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A Lot or a Little?
What you will—and won't—find in this movie.
While there are no real positive messages, the film can be viewed, in part, as a satire of racism, racist attitudes, and the brutalities of the slave trade.
Positive Role Models
The ape daughter of a senator, in her intense compassion, empathy, and understanding of the plight of humans, comes across as a mix of well-known primatologist Jane Goodall, and the abolitionists in pre-Civil War America.
Violence & Scariness
Very intense peril and violence. Humans punched, kicked, and verbally and physically abused. Humans are branded with a branding iron; a similar fate is given to an ape sympathetic to the plight of humans. Intense battle scenes between apes and humans -- apes clubbed to death, many casualties on both sides, but not a lot of blood.
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Sex, Romance & Nudity
Female ape shown in bed with male ape, bouncing and gyrating.
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"Jesus." "Hell." "Damn." Off-color joke making reference to "rocket envy."
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Drinking, Drugs & Smoking
Ape shown smoking from a hookah. Ape characters drink at a dinner party. Escaped humans run past a group of spaced-out-looking hippie apes.
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Parents Need to Know
Parents need to know that Planet of the Apes is the 2001 Tim Burton'-directed remake of the 1968 sci-fi classic. There is intense and prolonged peril, a great deal of violence, and many deaths. Human characters are beaten, branded, and verbally and physically abused. They are also shown getting branded with a branding iron; an ape sympathetic to the plight of humans is later branded. There's a brief mild sexual situation in which a female ape is bouncing on top of a male ape in bed. The appearance and overall violent behavior of most of the apes could be scary to younger and more sensitive viewers. To stay in the loop on more movies like this, you can sign up for weekly Family Movie Night emails.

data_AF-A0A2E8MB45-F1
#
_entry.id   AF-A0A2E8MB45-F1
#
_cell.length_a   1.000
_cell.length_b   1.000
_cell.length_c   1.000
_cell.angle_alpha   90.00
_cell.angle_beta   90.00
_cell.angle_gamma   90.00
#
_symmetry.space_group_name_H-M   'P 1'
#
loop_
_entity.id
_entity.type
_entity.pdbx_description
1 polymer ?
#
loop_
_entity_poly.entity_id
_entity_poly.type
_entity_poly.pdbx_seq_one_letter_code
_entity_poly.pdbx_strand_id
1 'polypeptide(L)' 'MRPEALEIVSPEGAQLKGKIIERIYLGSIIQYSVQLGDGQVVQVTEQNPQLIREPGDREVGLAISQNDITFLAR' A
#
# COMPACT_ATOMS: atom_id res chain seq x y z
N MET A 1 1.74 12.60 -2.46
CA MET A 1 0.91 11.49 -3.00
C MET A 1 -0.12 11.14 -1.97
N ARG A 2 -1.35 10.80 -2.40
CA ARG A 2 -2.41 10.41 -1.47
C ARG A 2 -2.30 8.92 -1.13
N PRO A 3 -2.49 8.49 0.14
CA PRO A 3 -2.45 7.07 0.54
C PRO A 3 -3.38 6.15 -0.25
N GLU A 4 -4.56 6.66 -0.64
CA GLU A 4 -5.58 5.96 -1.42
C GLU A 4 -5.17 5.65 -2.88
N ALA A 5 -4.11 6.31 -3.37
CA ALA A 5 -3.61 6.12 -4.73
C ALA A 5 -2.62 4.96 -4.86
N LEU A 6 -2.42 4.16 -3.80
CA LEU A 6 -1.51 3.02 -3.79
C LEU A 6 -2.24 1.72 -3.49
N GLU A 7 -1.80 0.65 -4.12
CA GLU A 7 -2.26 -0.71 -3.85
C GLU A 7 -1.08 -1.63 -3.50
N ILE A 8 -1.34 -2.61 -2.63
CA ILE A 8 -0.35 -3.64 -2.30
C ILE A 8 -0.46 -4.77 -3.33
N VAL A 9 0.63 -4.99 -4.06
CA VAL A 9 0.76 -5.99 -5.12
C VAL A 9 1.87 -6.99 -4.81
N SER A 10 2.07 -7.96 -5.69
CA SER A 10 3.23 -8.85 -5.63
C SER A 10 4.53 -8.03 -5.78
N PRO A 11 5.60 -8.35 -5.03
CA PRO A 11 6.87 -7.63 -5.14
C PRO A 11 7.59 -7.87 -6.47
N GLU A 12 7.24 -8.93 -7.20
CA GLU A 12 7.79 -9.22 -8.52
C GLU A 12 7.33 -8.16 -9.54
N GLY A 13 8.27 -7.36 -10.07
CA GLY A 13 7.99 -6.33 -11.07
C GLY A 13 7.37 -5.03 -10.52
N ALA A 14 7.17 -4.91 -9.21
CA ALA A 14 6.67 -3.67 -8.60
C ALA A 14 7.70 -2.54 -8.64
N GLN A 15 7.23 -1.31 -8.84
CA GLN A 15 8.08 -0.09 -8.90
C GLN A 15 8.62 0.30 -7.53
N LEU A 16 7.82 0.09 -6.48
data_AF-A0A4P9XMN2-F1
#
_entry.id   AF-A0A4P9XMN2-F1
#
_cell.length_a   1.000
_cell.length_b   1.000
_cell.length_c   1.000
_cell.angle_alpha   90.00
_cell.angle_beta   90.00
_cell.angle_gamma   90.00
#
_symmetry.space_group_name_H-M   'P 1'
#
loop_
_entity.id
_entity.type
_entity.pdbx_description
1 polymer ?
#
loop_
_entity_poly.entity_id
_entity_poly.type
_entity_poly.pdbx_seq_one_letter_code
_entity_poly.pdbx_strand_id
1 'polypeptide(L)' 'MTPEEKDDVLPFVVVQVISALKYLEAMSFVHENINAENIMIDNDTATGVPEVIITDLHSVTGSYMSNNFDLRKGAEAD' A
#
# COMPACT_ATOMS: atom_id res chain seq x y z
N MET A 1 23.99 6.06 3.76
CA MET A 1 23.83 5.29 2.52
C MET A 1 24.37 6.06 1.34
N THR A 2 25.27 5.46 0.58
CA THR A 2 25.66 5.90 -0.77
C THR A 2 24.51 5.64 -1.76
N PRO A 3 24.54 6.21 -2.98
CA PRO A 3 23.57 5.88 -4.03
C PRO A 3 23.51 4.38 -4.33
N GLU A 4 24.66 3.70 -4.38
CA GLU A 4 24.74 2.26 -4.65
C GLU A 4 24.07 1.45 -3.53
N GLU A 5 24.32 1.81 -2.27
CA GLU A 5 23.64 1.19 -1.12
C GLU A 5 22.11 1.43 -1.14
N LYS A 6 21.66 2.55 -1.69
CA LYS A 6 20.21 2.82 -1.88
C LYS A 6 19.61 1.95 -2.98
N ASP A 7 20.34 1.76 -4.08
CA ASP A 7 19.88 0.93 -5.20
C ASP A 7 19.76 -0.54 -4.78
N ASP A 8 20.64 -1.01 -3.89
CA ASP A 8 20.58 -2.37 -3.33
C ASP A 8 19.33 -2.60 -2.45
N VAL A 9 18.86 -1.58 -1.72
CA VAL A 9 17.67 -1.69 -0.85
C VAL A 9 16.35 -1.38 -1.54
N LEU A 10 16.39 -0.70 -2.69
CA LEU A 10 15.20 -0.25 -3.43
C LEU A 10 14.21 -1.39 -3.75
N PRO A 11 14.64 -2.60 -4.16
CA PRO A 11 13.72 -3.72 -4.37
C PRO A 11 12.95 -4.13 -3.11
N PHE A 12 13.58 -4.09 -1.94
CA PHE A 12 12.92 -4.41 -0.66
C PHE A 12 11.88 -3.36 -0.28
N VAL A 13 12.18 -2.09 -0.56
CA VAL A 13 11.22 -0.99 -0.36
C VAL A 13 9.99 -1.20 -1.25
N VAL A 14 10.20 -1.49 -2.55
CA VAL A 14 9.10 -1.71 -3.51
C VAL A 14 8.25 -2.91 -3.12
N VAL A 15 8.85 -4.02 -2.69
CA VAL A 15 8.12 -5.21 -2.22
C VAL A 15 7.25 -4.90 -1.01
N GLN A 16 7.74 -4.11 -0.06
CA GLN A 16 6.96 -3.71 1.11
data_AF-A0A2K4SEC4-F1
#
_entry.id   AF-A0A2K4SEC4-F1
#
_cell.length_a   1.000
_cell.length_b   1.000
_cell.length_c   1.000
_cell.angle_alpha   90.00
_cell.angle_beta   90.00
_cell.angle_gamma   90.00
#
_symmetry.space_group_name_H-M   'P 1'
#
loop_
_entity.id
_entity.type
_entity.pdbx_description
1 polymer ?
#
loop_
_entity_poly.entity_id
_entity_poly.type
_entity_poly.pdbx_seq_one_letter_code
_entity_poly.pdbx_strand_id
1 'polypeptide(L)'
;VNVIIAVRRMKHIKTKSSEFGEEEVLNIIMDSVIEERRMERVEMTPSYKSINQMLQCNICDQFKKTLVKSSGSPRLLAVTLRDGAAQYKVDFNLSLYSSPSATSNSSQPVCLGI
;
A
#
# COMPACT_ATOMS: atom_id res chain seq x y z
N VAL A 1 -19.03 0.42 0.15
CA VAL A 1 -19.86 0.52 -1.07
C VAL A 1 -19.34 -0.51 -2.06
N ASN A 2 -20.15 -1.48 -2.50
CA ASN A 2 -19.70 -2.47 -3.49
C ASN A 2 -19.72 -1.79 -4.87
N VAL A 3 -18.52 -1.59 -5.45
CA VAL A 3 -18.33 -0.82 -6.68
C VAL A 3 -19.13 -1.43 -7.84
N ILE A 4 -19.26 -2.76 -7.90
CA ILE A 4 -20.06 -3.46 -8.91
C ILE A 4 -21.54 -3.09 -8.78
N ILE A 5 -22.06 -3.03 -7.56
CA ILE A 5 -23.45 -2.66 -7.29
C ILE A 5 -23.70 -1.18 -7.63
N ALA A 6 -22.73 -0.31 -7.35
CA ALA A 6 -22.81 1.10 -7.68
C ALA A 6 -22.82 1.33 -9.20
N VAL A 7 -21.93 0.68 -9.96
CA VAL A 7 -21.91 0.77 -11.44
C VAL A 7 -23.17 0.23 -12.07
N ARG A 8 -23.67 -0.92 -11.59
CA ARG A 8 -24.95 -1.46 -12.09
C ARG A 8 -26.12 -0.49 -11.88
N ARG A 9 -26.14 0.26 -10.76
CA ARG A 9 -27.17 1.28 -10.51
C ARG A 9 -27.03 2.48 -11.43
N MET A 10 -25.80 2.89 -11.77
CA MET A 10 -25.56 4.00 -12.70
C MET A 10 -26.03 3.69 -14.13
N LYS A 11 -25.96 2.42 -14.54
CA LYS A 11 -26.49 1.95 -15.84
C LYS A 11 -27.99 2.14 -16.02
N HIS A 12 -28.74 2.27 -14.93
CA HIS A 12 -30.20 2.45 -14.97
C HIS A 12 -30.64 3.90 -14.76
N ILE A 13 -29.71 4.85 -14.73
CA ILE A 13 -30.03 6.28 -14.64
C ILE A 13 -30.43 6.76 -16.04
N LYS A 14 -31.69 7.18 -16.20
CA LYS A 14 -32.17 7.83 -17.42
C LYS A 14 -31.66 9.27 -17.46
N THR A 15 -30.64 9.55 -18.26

Is It Any Good?
This is less a remake than a re-imagining of the classic staring Charlton Heston. This version has no loincloth and no Statue of Liberty, and no Roddy McDowell, but Heston does show up for a surprisingly effective cameo -- as one of the apes. As in all of Tim Burton's movies, the art direction in Planet of the Apes is intricate, meticulous, and strangely beautiful. Every detail is a work of art, from the texture of the ape armor to the outline of the spaceship.
Wahlberg makes an appealing, all-American hero, though he is not up to the task of delivering a brief pep talk to the assembled humans. But he is fine in the action scenes and he handles the challenge of kissing females of two different species with reasonable finesse. Overall, the simian performers are better and more believable than the humans. Bonham Carter makes a remarkably fetching ape, using her eyes and body language to deliver a real performance. Roth is a seething presence as the bad guy, Michael Clarke Duncan gives physical and emotional weight to the role of the loyal officer, and Paul Giamatti is hilarious as a slave trader held hostage.
Did we miss something on diversity?
Research shows a connection between kids' healthy self-esteem and positive portrayals in media. That's why we've added a new "Diverse Representations" section to our reviews that will be rolling out on an ongoing basis. You can help us help kids by suggesting a diversity update.